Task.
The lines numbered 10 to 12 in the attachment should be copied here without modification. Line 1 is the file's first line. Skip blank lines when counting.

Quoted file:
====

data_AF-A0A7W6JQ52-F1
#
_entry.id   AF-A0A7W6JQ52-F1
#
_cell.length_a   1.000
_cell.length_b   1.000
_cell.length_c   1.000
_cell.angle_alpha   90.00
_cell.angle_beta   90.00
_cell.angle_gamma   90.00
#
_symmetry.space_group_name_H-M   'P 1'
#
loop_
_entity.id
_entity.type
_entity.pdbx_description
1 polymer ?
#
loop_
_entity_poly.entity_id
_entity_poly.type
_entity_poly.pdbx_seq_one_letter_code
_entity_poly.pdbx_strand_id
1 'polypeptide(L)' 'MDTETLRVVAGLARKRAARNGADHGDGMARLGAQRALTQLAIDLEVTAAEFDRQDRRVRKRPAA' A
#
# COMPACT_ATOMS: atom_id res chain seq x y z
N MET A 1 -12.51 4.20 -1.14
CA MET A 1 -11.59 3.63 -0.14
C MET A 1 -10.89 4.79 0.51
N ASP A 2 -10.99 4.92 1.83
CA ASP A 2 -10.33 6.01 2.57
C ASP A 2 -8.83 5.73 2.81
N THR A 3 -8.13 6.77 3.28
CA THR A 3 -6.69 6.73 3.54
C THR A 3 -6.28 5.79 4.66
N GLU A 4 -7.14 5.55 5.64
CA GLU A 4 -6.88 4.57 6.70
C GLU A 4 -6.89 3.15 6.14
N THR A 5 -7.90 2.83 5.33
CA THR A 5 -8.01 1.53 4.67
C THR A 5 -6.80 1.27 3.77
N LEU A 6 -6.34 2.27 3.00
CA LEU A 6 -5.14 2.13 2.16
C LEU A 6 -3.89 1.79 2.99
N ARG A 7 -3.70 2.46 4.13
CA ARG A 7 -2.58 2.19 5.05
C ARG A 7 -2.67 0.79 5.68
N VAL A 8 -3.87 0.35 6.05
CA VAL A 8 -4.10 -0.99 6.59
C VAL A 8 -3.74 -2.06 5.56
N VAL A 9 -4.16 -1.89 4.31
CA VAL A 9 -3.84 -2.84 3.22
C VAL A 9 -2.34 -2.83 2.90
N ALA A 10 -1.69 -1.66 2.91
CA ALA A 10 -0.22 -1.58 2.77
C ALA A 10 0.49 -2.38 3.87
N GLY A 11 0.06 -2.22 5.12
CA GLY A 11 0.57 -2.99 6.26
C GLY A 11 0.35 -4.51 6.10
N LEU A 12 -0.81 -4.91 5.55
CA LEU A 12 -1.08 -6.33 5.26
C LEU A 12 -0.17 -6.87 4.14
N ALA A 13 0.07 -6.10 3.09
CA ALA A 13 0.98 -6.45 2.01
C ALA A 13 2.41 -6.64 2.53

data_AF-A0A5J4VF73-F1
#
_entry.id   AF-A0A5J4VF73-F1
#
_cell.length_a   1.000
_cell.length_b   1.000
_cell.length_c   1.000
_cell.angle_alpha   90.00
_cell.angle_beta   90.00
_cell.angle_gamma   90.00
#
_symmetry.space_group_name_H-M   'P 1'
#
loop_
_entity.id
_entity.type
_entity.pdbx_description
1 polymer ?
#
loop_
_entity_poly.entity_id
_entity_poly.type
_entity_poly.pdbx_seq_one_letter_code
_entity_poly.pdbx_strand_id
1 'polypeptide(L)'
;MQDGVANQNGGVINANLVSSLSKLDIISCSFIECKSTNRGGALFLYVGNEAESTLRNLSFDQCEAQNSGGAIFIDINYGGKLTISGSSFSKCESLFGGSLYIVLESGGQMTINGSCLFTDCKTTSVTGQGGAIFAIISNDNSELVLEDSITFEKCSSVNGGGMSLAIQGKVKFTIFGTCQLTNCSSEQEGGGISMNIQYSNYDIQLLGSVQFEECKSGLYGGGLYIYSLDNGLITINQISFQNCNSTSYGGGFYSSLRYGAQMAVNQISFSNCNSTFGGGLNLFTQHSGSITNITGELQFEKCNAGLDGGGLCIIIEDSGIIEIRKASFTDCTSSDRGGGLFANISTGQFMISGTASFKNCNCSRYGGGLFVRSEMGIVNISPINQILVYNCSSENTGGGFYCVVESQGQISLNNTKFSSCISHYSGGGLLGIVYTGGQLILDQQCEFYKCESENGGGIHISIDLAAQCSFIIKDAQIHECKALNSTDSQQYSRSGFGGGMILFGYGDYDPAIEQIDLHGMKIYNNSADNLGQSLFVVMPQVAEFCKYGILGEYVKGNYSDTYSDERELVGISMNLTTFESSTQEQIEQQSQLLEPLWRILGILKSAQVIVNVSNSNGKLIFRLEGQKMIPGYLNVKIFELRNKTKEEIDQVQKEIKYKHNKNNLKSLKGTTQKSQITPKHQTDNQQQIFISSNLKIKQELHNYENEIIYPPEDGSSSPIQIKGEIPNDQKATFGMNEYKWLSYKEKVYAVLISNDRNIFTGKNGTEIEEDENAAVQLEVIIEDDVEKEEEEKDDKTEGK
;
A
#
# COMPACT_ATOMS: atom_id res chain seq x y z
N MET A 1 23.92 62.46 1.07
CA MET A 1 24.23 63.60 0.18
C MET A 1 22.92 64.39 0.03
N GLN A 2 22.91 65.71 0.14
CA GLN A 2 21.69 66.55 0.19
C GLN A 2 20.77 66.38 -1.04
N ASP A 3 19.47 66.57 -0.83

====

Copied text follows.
_cell.angle_gamma   90.00
#
_symmetry.space_group_name_H-M   'P 1'